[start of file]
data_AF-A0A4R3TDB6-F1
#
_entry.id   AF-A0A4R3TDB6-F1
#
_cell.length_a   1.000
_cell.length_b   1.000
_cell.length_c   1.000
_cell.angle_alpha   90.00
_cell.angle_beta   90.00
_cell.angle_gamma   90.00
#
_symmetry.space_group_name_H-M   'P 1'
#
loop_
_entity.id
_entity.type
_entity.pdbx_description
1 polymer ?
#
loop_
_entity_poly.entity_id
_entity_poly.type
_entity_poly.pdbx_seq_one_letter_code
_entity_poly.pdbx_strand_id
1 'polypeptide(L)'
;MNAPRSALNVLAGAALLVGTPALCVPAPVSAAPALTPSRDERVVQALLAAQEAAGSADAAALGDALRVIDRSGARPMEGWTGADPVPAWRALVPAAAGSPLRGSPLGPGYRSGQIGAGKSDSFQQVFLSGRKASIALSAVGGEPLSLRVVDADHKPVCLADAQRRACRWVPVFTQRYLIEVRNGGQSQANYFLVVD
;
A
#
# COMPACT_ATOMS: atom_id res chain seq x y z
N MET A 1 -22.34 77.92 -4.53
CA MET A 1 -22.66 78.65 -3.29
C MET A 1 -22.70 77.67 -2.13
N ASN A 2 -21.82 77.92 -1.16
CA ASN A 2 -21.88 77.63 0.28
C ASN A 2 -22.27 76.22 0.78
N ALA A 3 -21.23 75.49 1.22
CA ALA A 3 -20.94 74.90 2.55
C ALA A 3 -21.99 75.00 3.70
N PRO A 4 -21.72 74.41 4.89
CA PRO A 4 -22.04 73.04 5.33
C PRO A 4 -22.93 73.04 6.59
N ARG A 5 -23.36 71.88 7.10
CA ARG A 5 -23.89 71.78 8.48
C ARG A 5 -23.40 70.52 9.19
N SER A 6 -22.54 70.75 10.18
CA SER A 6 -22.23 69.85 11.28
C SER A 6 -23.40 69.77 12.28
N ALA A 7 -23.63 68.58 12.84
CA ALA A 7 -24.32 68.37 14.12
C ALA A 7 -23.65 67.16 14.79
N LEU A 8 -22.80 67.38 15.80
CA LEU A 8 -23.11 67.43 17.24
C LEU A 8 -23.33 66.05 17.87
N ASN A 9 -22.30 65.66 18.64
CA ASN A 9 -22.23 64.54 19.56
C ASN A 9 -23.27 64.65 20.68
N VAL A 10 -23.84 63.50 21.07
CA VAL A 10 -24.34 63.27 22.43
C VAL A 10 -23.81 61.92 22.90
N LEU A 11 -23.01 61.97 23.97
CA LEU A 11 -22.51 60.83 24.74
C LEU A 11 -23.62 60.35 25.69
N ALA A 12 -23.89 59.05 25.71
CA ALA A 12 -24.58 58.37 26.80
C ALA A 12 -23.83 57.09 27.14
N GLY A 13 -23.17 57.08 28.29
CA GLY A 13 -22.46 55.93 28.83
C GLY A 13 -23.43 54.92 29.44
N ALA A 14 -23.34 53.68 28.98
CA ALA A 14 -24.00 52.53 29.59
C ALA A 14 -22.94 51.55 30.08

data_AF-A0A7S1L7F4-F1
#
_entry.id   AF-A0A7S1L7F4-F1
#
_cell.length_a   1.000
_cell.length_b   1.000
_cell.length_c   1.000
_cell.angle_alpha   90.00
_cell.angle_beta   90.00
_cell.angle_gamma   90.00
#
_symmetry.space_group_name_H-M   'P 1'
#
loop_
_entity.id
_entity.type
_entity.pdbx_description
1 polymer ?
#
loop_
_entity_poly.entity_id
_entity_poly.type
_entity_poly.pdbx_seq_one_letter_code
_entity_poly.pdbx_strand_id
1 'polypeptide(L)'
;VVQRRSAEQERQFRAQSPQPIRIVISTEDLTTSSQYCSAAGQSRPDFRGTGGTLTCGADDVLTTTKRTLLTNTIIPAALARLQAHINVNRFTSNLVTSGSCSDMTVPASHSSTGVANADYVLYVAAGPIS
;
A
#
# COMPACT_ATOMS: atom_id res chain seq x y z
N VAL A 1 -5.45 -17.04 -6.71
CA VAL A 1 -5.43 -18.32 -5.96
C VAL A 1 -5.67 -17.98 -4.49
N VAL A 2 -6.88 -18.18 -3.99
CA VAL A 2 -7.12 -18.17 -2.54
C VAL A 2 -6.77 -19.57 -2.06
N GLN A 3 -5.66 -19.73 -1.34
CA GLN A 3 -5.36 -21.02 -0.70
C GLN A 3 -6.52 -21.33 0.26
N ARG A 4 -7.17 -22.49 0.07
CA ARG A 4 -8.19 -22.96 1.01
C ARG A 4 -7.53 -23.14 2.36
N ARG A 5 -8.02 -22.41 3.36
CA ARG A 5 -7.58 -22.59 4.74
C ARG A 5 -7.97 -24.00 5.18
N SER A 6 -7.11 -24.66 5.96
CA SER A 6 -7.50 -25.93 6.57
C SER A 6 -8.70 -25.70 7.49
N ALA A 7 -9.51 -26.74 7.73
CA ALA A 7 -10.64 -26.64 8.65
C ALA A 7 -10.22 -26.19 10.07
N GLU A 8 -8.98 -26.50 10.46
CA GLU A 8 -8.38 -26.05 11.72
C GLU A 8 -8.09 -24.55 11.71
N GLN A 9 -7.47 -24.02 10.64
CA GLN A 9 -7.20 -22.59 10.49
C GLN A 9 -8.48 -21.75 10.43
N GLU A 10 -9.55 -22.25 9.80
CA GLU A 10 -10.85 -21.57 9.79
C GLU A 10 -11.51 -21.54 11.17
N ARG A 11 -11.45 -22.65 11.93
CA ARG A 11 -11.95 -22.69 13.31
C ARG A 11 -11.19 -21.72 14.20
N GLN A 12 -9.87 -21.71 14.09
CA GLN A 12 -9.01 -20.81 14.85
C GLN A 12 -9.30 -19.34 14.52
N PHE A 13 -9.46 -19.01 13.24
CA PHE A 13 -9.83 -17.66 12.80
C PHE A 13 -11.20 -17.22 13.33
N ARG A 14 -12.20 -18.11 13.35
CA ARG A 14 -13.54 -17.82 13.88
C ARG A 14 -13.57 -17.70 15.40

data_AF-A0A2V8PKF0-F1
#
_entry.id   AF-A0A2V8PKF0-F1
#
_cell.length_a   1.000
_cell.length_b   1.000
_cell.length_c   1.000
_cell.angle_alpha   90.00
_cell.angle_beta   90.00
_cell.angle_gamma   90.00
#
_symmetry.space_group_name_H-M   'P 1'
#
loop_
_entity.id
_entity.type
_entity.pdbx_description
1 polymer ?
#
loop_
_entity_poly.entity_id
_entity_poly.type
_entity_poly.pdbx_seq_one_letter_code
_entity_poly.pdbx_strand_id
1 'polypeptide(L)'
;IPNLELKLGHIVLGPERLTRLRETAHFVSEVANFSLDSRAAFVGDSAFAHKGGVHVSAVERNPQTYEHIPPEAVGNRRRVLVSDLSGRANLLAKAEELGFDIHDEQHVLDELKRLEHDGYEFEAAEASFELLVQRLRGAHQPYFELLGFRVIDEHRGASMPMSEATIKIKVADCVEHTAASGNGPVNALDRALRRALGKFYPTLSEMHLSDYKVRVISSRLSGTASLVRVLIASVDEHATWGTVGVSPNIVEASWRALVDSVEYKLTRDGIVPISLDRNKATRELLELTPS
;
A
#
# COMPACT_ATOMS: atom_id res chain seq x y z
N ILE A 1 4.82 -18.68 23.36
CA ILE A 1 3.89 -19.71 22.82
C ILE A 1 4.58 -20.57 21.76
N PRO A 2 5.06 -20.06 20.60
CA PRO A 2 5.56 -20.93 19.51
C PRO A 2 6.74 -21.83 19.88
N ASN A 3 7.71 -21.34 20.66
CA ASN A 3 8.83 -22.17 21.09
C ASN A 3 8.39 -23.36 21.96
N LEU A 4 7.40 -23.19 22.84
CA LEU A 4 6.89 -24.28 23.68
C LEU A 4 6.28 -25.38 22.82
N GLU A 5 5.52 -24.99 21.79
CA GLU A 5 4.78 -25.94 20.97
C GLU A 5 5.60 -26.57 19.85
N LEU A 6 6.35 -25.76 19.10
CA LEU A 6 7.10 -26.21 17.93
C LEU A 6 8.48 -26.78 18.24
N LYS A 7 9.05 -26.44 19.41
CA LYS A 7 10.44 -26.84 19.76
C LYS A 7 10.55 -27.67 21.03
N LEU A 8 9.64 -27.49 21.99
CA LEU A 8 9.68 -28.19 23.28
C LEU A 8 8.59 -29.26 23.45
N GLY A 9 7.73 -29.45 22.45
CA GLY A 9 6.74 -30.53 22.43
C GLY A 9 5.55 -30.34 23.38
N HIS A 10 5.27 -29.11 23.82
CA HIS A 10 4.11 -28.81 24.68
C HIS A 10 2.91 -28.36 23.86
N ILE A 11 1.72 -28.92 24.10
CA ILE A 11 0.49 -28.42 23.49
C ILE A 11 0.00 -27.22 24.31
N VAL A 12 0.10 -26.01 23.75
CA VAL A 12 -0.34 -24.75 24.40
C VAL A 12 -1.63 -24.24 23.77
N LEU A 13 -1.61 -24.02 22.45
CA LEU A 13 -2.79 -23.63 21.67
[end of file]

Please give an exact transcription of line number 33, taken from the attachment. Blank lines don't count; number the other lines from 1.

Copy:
C MET A 1 -22.70 77.67 -2.13